Rethinking Retail Tech for the Holiday Season and Beyond

Retail challenges will continue well past the holidays as many of the changes, such as curbside pickup and a preference for online purchasing, will remain in place long after the new year. For retailers that want to survive, they must transform their technology plan to deliver the safe, fast, efficient services that consumers now expect.


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Image credit: USA Today

By now it is a truism to state that the pandemic has radically altered the retail environment. In the midst of the busiest shopping season of the year, shoppers’ reluctance to walk into stores has accelerated a massive increase in e-commerce shopping. As a case in point, even shopping for a Christmas tree–arguably the most sensory of holiday shopping experiences–has migrated online.

Not only has the pandemic “turbocharged” e-commerce sales—up a whopping 31.8 percent between the first and second quarters of the year—but consumer behavior is changing in other ways as well. According to a recent McKinsey report, one result is a “shattering of brand loyalties,” with large numbers of shoppers trying and incorporating new brands, often private-label, into their shopping routines. In fact, a full 80 percent of shoppers who started using a private-label brand expect to keep using it after the COVID-19 crisis passes.

What this all points to is an emerging reality that retail changes hastened by the pandemic are likely to continue long past the holidays. For example, FedEx, UPS, and the US Postal Service, struggling to deal with the massive surge in deliveries to residences—from 50 percent of all deliveries to over 70 percent—have  all tacked on additional fees that are almost certain to remain in place. Retailers, whether e-commerce only or hybrid, will need to determine how to account for these increases as they continue to fine tune their operations.

Multi-day Deals and Early Start Dates Push Retail Sales High

One way that retailers are adjusting is by moving away from massive, one-day, in-store sales in favor of online discounts that roll out over a period of weeks. In many cases, these types of deals were timed to coincide with Amazon’s Prime Day. In fact, retail giant Walmart is exclusively selling some of the season’s most sought-after items, such as the Sony PlayStation 5 and the Xbox Series X, only via its Website. In short, savvy retailers are seeking to capitalize on changes in buyer behavior that are expected to persist well beyond the current year.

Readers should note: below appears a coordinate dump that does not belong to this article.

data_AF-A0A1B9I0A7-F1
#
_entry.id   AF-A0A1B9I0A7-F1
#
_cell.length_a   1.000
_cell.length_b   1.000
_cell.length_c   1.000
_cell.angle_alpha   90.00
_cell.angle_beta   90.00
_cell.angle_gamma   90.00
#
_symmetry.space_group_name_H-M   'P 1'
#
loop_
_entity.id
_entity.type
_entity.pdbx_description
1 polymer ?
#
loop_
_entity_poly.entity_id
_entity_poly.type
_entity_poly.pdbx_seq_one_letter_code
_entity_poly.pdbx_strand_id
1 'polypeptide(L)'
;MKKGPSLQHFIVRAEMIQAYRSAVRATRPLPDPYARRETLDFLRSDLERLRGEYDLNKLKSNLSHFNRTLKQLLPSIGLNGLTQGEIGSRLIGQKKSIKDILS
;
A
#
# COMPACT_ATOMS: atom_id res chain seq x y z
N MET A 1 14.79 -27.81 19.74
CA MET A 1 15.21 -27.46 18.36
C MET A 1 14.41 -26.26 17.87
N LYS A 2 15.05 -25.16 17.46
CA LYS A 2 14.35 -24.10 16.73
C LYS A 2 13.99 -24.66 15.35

Retail analyst NPD Group reports that retailers who started holiday sales early—in October rather than November—have seen a lift in sales totaling almost $3 billion in incremental sales over October 2019. Capturing these early shoppers has required catering to numerous different shopping behaviors, from shopping online and picking up curbside to shopping in-store only if they can be assured of maximum elbow room. At the same time, though, retailers remain keenly aware that impulse buys make up a full 25 percent of holiday purchases.

Positive Shopping Experiences at Every Touch Point

For this holiday season and the year ahead, retailers have to plan for all manner of scenarios while making sure that they’ve taken care of the basics, such as inventory management. Case in point, they cannot ignore the disappointment consumers have felt on previous Black Fridays when shoppers were surprised to find many shelves bare of seemingly lower demand items such as hoodies and kitchen appliances

According to Deborah Weinswig of Coresight Research, one Target on this year’s Black Friday completely sold out of certain key items. She even describes being contacted by a large retailer recently “to see if we could help them get access to merchandise from bankrupt retailers.”

The scenario shared by Weinswig serves to underscore the many challenges retailers are facing and where an integrator can step in with solutions. Retail stores of every size need to quickly ramp up their ecommerce capabilities, but at the same time meet shoppers’ desires for in-store shopping scenarios. To do these things well requires a higher level of foresight, operational know-how, and logistics insight than was previously required.

  • Retailers looking to improve their ecommerce services and improve customer experiences can start here to learn about retail technology powered by Intel.
  • Read the white paper “2025 Post-Pandemic Future” for an in-depth forecast for consumer and retail footwear and apparel industries.
  • Discover some IoT solutions aimed at supporting urgent retail needs. 

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